A few people have asked me what "hard core" WF questions to ask a job candidate.
For advanced topics, I like open-ended questions. Not all these questions have a right or wrong answer- but they should give you an idea of the candidates WF experience, and how they'd design and implement software with WF.
My desktop computer continued to deteriorate this weekend. Not only could I not maintain an RDP connection into the desktop, I also started having problems synching my phone, copying files across the network, and general performance problems.
On a hunch, I disabled Windows Firewall and all these problems disappeared. Since I am behind a hardware firewall, I'm not concerned about the security implications.
Not sure why this happened – but the firewall rules on this machine numbered over 400 in the private profile (Start -> Search for firewall advanced). Other machines I've checked have ~200 rules.
Perhaps the software firewall was overloaded...
The New ASP.NET Framework
The framework should go live in the spring of 2008. The framework is not a replacement for ASP.NET WebForms, but provides an alternative paradigm for building web applications. The new framework still works inside of the ASP.NET runtime - meaning all of the wonderful infrastructure pieces like the configuration system, provider model, SQL cache invalidation, health monitoring, and master pages continue to exist. Like the ASP.NET AJAX extensions – it sounds like we'll only need a new assembly to start the party.
Being an "MVC framework", the software features the Model View Controller pattern. MVC and its many permutations have been (and continue to be) principal patterns in many application frameworks and development environments. There were several mentions of Rails (both the Mono and Ruby types), and at least one reference to Django (the Django book is a good read to get into the framework's mindset).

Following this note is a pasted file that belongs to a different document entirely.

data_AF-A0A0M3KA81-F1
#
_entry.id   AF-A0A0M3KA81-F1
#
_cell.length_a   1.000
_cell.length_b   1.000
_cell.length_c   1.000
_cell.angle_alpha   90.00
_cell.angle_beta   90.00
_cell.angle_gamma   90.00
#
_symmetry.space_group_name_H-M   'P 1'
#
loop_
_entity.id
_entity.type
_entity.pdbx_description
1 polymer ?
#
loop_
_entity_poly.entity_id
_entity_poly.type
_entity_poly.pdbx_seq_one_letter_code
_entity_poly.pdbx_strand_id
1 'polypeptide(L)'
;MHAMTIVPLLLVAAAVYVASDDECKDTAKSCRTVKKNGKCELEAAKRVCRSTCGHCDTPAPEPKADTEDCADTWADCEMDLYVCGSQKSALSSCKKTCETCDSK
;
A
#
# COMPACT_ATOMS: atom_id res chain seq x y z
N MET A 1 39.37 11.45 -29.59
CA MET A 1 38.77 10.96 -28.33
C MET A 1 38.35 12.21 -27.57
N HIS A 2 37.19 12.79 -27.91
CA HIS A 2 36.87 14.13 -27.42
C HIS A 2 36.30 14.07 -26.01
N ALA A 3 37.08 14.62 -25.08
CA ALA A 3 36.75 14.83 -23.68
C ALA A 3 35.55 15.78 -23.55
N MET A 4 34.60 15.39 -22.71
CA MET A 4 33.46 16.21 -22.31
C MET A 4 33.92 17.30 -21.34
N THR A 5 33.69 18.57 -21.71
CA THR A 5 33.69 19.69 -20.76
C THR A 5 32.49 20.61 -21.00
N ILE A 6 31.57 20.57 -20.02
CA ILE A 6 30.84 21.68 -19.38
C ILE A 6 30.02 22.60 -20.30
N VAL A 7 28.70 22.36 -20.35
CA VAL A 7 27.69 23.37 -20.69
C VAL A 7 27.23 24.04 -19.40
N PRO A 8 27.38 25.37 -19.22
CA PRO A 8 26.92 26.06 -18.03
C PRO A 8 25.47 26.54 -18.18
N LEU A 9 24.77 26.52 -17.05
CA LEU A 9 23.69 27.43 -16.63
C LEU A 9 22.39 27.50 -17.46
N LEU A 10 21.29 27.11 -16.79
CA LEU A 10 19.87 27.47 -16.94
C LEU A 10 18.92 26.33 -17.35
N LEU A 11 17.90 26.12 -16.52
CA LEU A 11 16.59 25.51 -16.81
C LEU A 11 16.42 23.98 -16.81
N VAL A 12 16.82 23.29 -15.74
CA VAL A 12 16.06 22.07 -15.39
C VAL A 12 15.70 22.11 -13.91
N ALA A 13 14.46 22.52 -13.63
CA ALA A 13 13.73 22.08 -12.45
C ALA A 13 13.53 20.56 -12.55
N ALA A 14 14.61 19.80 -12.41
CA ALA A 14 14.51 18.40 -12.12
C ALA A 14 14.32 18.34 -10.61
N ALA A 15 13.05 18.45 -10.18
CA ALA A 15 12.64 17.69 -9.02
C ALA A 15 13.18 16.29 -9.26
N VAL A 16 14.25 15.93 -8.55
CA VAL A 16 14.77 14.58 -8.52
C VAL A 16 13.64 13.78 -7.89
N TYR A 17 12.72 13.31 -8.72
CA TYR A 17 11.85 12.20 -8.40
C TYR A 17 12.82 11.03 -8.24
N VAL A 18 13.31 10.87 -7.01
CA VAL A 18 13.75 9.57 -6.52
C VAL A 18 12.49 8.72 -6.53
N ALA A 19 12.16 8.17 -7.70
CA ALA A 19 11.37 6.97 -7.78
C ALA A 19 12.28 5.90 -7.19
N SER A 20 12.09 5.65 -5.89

The framework will provide:
ASP.NET WebForms map an incoming URL to a single .aspx file. Although one can use an HttpModule or VirtualPathProvider to change this behavior, the majority of ASP.NET web applications use this default behavior. In practice, this approach tends to produce code-behind files with intermingled presentation, data access, and business logic. This approach also tightly couples URLs to the physical arrangement of .aspx files in the file system.
The new MVC framework offers a loose coupling between incoming URLs and the view that will ultimately render HTML. ScottGu describes a flexible and pluggable URL dispatching engine that can handle clean and procedural URLs like:
The URL dispatching engine examines incoming URLs, routes each request to an instance of a controller class, and invokes a method on the controller (the action).
Controllers in the new framework support test first and controller first development styles. In other words, you can implement a controller sans any views, and fully test the controller's ability to utilize application logic and services to respond to a request.
The framework provides a low-level interface definition you can implement to claim absolute power over controller policy, but also provides a hierarchy of concrete controller classes to build upon.
When the controller is ready, it can call RenderView(string viewName, object viewData) to generate the appropriate user interface response. Thanks to generics, this boundary can also be strongly typed.
Views render HTML, but views are not web forms - there is no page lifecycle, postbacks, or viewstate in this framework.
In general, views are simple templates. Templates are concerned only with presentation. To enforce a separation of concerns, many template engines do not allow a template to change the value of a variable or call into application logic, but the ASP.NET framework will allow code blocks and data-binding. The view never references a controller, and the controller never references a view - so testability and a separation of concerns prevail.